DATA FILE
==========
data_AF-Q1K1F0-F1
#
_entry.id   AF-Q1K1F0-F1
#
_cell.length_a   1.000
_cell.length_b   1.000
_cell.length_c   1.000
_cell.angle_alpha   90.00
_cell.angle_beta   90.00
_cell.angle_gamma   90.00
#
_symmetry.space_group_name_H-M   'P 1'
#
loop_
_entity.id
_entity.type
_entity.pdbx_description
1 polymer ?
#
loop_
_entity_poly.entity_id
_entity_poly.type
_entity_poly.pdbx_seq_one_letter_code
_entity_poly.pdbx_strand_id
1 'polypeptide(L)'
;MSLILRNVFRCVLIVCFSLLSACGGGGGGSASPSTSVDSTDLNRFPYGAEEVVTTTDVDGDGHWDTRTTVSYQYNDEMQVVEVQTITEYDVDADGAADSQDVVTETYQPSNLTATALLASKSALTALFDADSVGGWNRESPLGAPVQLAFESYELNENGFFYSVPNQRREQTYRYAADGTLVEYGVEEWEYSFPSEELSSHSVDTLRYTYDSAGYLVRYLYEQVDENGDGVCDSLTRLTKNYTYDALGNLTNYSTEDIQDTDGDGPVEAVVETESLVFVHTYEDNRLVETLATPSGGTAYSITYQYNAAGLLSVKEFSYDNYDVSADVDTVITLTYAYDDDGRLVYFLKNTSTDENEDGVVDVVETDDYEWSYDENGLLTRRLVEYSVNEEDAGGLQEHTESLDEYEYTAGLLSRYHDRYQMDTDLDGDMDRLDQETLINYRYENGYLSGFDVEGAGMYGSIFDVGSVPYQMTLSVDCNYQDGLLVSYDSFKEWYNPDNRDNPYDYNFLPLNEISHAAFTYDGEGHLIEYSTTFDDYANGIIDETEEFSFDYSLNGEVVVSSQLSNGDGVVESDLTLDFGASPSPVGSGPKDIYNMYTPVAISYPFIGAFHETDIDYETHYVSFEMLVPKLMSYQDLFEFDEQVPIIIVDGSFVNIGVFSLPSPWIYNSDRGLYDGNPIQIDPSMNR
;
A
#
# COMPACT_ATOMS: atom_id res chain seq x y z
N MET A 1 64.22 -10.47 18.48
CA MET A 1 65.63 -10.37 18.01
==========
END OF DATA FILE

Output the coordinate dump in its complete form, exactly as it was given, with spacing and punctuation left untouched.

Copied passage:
data_AF-Q1K1F0-F1
#
_entry.id   AF-Q1K1F0-F1
#
_cell.length_a   1.000
_cell.length_b   1.000
_cell.length_c   1.000
_cell.angle_alpha   90.00
_cell.angle_beta   90.00
_cell.angle_gamma   90.00
#
_symmetry.space_group_name_H-M   'P 1'
#
loop_
_entity.id
_entity.type
_entity.pdbx_description
1 polymer ?
#
loop_
_entity_poly.entity_id
_entity_poly.type
_entity_poly.pdbx_seq_one_letter_code
_entity_poly.pdbx_strand_id
1 'polypeptide(L)'
;MSLILRNVFRCVLIVCFSLLSACGGGGGGSASPSTSVDSTDLNRFPYGAEEVVTTTDVDGDGHWDTRTTVSYQYNDEMQVVEVQTITEYDVDADGAADSQDVVTETYQPSNLTATALLASKSALTALFDADSVGGWNRESPLGAPVQLAFESYELNENGFFYSVPNQRREQTYRYAADGTLVEYGVEEWEYSFPSEELSSHSVDTLRYTYDSAGYLVRYLYEQVDENGDGVCDSLTRLTKNYTYDALGNLTNYSTEDIQDTDGDGPVEAVVETESLVFVHTYEDNRLVETLATPSGGTAYSITYQYNAAGLLSVKEFSYDNYDVSADVDTVITLTYAYDDDGRLVYFLKNTSTDENEDGVVDVVETDDYEWSYDENGLLTRRLVEYSVNEEDAGGLQEHTESLDEYEYTAGLLSRYHDRYQMDTDLDGDMDRLDQETLINYRYENGYLSGFDVEGAGMYGSIFDVGSVPYQMTLSVDCNYQDGLLVSYDSFKEWYNPDNRDNPYDYNFLPLNEISHAAFTYDGEGHLIEYSTTFDDYANGIIDETEEFSFDYSLNGEVVVSSQLSNGDGVVESDLTLDFGASPSPVGSGPKDIYNMYTPVAISYPFIGAFHETDIDYETHYVSFEMLVPKLMSYQDLFEFDEQVPIIIVDGSFVNIGVFSLPSPWIYNSDRGLYDGNPIQIDPSMNR
;
A
#
# COMPACT_ATOMS: atom_id res chain seq x y z
N MET A 1 64.22 -10.47 18.48
CA MET A 1 65.63 -10.37 18.01